Sweet smell of success
Roses will reward a little bit of effort, says Marie Staunton
Every flowering plant has its moment and this year, in particular, the rose is out-performing most others. They aren't particularly fond of rain, preferring to do all their showing off in full sunshine.
Roses are always going to be on the list of plants when creating a garden and aren't as hard to grow as you would imagine. They respond very well to a bit of love and care – it really isn't a chore if you pace yourself and know exactly when they need attention.
Shrub roses will need to be pruned back to knee height in early spring (to about 30cm from the ground). Sprinkle a bit of rose fertiliser around the base of each flower and water it in.
If you have access to farmyard manure then this is ideal, but make sure you keep it a little distance away from the stems. Fresh manure is no good for roses, so make sure that it is well rotted; it shouldn't have a strong pungent smell.
That covers the spring routine. Coming into summer, greenfly and black spot are the main concern because you have already pruned and fed them. My friend Joe made up a garlic wash – we tried it on the tomatoes and roses and it worked a treat. We used a litre of water to three minced garlic cloves and a couple of squirts of washing-up liquid. Strain it, put the liquid into a sprayer and spray it on to the leaves and buds to help with the greenfly.
Dead-heading most flowering plants will allow more energy to be focused on the next bud coming into flower, and roses are no different. Dead-head often to prolong the season. If you are after a repeat flowering shrub then go for the likes of Rosa 'Blanche Double de Coubert'. This has beautiful semi-double white flowers with glossy foliage.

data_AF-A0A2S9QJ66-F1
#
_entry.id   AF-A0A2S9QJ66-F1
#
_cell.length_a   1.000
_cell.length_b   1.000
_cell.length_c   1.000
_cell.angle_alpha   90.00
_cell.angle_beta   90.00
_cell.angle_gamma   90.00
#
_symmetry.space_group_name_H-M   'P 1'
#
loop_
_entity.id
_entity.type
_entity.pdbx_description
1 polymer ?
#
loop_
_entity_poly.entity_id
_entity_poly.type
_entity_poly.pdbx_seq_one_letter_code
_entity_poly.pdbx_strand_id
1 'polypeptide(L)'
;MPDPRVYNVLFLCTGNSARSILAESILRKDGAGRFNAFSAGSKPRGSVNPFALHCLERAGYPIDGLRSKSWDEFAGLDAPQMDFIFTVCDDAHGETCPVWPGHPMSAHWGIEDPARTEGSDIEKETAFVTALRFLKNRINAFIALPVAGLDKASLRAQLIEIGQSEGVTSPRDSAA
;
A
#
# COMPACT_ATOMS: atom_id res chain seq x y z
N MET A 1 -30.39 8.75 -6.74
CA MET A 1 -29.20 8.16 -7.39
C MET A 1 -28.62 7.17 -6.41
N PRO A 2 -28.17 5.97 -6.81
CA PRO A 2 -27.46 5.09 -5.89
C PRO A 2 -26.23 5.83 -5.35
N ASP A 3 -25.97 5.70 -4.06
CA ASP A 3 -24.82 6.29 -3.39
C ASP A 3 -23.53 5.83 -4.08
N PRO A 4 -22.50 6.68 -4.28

Shrub roses can get to a good height, and this particular one will get to nearly 2m so be aware of that when you are searching for the perfect rose. I have a Climbing Iceberg rose in a border and this year it has a fantastic display of creamy white flowers, so this summer is really suiting it.
Standard or half standard roses are tricky to look after; they require hard pruning in spring and can look awful at that stage until they come into leaf, but the rewards are fantastic. It's a bit like having a bouquet of flowers in your garden come summer.
Gardeners all over the country try their best to create wonderful displays of flowers in their gardens, and if you are travelling out of Dublin, on your way to the south of the country, and stopping in Rathcoole for a cuppa, then just on the other side of the village – heading towards Beech Park Golf Club – is a beautiful half standard rose in glorious full flower.
If it's yours and you are reading this, it's a credit to you.